Should You Trust Your Voice Assistant? It’s Complicated, but No


  • Filippos Stamatiou
  • Xenofon Karakonstantis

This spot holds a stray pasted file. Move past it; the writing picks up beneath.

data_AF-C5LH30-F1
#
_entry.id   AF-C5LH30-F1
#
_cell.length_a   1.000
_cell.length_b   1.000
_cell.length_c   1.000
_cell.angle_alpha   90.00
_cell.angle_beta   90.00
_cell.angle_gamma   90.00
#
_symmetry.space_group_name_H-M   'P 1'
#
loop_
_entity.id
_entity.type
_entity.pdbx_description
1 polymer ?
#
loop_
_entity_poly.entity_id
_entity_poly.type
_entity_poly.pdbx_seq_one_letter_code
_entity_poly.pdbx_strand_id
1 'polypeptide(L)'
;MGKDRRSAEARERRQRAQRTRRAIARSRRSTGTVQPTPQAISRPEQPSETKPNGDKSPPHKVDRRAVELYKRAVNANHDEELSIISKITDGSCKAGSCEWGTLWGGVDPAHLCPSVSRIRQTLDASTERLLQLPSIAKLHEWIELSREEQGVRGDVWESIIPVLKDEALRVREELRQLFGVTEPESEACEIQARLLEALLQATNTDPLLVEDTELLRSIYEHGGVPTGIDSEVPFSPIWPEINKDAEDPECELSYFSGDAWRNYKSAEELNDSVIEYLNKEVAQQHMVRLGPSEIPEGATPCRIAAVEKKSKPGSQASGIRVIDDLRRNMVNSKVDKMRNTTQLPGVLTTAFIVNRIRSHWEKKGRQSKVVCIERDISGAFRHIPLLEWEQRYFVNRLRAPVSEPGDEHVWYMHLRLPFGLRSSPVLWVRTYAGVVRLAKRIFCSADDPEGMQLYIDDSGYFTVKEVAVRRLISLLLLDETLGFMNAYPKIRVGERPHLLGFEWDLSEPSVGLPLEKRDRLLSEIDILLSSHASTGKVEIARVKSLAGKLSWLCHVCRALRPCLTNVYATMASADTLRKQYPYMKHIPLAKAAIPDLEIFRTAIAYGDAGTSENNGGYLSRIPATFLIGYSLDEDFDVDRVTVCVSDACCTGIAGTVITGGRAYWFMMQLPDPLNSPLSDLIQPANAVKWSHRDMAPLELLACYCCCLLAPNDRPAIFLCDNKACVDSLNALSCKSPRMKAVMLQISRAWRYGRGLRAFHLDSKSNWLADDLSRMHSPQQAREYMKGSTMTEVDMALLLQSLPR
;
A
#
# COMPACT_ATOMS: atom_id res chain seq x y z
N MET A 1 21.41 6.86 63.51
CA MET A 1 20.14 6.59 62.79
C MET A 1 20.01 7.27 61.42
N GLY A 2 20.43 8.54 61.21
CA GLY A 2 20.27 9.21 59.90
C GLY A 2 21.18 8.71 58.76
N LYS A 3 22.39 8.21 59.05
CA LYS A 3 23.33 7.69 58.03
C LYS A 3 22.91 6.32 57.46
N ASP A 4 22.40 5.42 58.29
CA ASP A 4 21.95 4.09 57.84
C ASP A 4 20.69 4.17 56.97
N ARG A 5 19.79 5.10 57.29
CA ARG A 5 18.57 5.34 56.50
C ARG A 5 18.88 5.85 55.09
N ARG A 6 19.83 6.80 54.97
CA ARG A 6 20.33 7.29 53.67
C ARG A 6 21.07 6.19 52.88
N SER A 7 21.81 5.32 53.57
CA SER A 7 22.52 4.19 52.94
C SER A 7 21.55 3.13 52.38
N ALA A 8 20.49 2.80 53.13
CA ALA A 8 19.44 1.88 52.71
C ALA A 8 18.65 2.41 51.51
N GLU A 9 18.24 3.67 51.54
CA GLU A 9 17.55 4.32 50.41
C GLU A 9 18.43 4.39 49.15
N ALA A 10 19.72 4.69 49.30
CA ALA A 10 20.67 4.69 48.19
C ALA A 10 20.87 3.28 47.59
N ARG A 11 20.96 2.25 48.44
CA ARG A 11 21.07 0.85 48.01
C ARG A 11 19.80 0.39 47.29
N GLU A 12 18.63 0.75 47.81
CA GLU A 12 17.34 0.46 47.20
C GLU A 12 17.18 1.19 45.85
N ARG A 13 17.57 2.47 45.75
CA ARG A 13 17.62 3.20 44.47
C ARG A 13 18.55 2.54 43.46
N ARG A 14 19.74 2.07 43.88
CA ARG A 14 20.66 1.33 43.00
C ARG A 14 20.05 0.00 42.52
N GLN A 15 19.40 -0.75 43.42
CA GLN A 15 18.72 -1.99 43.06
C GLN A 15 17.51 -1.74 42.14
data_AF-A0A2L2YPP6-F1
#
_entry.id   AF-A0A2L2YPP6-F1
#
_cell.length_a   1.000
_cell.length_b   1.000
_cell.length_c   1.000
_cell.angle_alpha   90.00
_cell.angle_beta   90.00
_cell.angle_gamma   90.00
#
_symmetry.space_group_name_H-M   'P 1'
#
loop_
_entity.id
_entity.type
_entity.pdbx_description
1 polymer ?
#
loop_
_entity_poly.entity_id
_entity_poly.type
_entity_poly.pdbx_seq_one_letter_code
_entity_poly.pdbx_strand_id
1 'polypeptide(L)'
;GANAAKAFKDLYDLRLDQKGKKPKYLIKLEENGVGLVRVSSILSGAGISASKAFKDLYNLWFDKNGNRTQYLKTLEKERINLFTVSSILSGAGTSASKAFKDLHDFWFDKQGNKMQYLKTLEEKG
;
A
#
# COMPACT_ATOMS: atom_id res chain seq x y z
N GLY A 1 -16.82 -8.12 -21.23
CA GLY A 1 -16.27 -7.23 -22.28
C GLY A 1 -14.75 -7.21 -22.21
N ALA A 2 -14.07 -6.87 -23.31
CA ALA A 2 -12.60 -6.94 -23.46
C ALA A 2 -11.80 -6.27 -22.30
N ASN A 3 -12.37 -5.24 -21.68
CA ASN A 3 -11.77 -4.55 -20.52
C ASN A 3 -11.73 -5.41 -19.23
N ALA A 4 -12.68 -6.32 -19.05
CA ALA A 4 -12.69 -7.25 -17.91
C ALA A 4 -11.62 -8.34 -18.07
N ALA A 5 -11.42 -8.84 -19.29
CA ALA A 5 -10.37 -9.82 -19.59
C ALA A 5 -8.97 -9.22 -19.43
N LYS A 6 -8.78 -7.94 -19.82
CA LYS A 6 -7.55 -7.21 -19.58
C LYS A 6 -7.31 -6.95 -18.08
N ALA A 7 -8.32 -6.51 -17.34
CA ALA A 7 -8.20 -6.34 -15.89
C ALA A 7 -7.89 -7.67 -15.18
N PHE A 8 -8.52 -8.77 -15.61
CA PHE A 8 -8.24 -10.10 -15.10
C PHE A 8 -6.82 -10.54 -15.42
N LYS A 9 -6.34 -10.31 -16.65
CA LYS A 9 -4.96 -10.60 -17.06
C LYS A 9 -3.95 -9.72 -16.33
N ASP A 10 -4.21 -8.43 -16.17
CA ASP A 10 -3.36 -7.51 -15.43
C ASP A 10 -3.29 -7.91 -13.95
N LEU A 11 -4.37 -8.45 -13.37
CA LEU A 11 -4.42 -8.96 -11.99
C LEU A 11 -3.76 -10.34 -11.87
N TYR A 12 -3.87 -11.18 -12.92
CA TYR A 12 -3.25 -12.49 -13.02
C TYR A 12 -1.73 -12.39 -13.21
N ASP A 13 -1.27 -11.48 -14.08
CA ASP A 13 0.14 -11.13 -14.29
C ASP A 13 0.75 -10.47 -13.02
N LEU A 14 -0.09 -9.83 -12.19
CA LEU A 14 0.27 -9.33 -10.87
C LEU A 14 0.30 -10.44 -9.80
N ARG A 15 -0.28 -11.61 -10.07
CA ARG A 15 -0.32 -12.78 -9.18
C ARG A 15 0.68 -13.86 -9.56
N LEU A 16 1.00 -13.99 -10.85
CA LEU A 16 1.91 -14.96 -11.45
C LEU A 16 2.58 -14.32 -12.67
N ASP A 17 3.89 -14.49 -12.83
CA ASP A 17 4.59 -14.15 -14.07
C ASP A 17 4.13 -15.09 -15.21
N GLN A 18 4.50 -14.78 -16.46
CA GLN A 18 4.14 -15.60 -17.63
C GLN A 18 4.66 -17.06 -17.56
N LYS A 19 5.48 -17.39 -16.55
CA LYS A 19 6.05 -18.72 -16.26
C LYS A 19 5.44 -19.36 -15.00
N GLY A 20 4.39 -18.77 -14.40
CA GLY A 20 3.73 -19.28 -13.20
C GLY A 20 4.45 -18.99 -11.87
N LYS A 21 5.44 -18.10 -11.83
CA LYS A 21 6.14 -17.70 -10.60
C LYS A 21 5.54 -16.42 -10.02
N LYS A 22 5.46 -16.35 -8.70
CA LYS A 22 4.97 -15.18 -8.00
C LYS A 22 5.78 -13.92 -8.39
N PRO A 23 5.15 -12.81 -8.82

The widespread use of voice-assisted applications using artificial intelligence raises questions about the dynamics of trust and reliance on these systems. While users often rely on these applications for help, instances where users face unforeseen risks and heightened challenges have sparked conversations about the importance of fostering trustworthy artificial intelligence. In this paper, we argue that the prevailing narrative of trust and trustworthiness in relation to artificial intelligence, particularly voice assistants, is misconstrued and fundamentally misplaced. Drawing on insights from philosophy and artificial intelligence literature, we contend that artificial intelligence systems do not meet the criteria for participating in a relationship of trust with human users. Instead, a narrative of reliance is more appropriate. However, we investigate the matter further to explore why the trust/trustworthiness narrative persists, focusing on the unique social dynamics of interactions with voice assistants. We identify factors such as diverse modalities and complexity, social aspects of voice assistants, and issues of uncertainty, assertiveness, and transparency as contributors to the trust narrative. By disentangling these factors, we shed light on the complexities of human-computer interactions and offer insights into the implications for our relationship with artificial intelligence. We advocate for a nuanced understanding of trust and reliance in artificial intelligence systems and provide suggestions for addressing the challenges posed by the dominance of the trust/trustworthiness narrative.